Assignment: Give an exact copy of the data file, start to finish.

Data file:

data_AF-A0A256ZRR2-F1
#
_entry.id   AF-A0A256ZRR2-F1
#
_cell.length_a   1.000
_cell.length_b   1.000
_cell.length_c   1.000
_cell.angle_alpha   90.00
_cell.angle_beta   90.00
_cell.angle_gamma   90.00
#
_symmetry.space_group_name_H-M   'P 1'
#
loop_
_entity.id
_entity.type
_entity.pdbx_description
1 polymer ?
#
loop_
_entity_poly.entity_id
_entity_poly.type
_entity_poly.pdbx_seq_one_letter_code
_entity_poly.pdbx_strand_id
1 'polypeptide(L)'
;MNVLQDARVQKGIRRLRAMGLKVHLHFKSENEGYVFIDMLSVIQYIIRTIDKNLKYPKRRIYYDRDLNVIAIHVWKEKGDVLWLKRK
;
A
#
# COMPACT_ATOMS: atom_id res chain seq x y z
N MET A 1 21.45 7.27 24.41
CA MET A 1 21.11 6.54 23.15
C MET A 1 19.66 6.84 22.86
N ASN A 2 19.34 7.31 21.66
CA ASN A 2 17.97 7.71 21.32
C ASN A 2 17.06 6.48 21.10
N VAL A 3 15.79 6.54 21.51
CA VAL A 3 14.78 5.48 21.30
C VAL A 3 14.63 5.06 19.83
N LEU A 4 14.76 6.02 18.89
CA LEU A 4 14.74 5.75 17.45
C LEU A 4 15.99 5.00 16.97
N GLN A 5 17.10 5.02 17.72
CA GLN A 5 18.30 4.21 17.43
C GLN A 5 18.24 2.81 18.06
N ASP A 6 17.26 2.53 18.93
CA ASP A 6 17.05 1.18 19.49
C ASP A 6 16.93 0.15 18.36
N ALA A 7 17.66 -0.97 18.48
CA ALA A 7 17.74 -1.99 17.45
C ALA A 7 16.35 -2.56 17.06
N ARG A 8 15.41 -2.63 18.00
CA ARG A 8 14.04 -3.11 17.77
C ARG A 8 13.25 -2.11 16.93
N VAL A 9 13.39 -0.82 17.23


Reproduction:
data_AF-A0A256ZRR2-F1
#
_entry.id   AF-A0A256ZRR2-F1
#
_cell.length_a   1.000
_cell.length_b   1.000
_cell.length_c   1.000
_cell.angle_alpha   90.00
_cell.angle_beta   90.00
_cell.angle_gamma   90.00
#
_symmetry.space_group_name_H-M   'P 1'
#
loop_
_entity.id
_entity.type
_entity.pdbx_description
1 polymer ?
#
loop_
_entity_poly.entity_id
_entity_poly.type
_entity_poly.pdbx_seq_one_letter_code
_entity_poly.pdbx_strand_id
1 'polypeptide(L)'
;MNVLQDARVQKGIRRLRAMGLKVHLHFKSENEGYVFIDMLSVIQYIIRTIDKNLKYPKRRIYYDRDLNVIAIHVWKEKGDVLWLKRK
;
A
#
# COMPACT_ATOMS: atom_id res chain seq x y z
N MET A 1 21.45 7.27 24.41
CA MET A 1 21.11 6.54 23.15
C MET A 1 19.66 6.84 22.86
N ASN A 2 19.34 7.31 21.66
CA ASN A 2 17.97 7.71 21.32
C ASN A 2 17.06 6.48 21.10
N VAL A 3 15.79 6.54 21.51
CA VAL A 3 14.78 5.48 21.30
C VAL A 3 14.63 5.06 19.83
N LEU A 4 14.76 6.02 18.89
CA LEU A 4 14.74 5.75 17.45
C LEU A 4 15.99 5.00 16.97
N GLN A 5 17.10 5.02 17.72
CA GLN A 5 18.30 4.21 17.43
C GLN A 5 18.24 2.81 18.06
N ASP A 6 17.26 2.53 18.93
CA ASP A 6 17.05 1.18 19.49
C ASP A 6 16.93 0.15 18.36
N ALA A 7 17.66 -0.97 18.48
CA ALA A 7 17.74 -1.99 17.45
C ALA A 7 16.35 -2.56 17.06
N ARG A 8 15.41 -2.63 18.00
CA ARG A 8 14.04 -3.11 17.77
C ARG A 8 13.25 -2.11 16.93
N VAL A 9 13.39 -0.82 17.23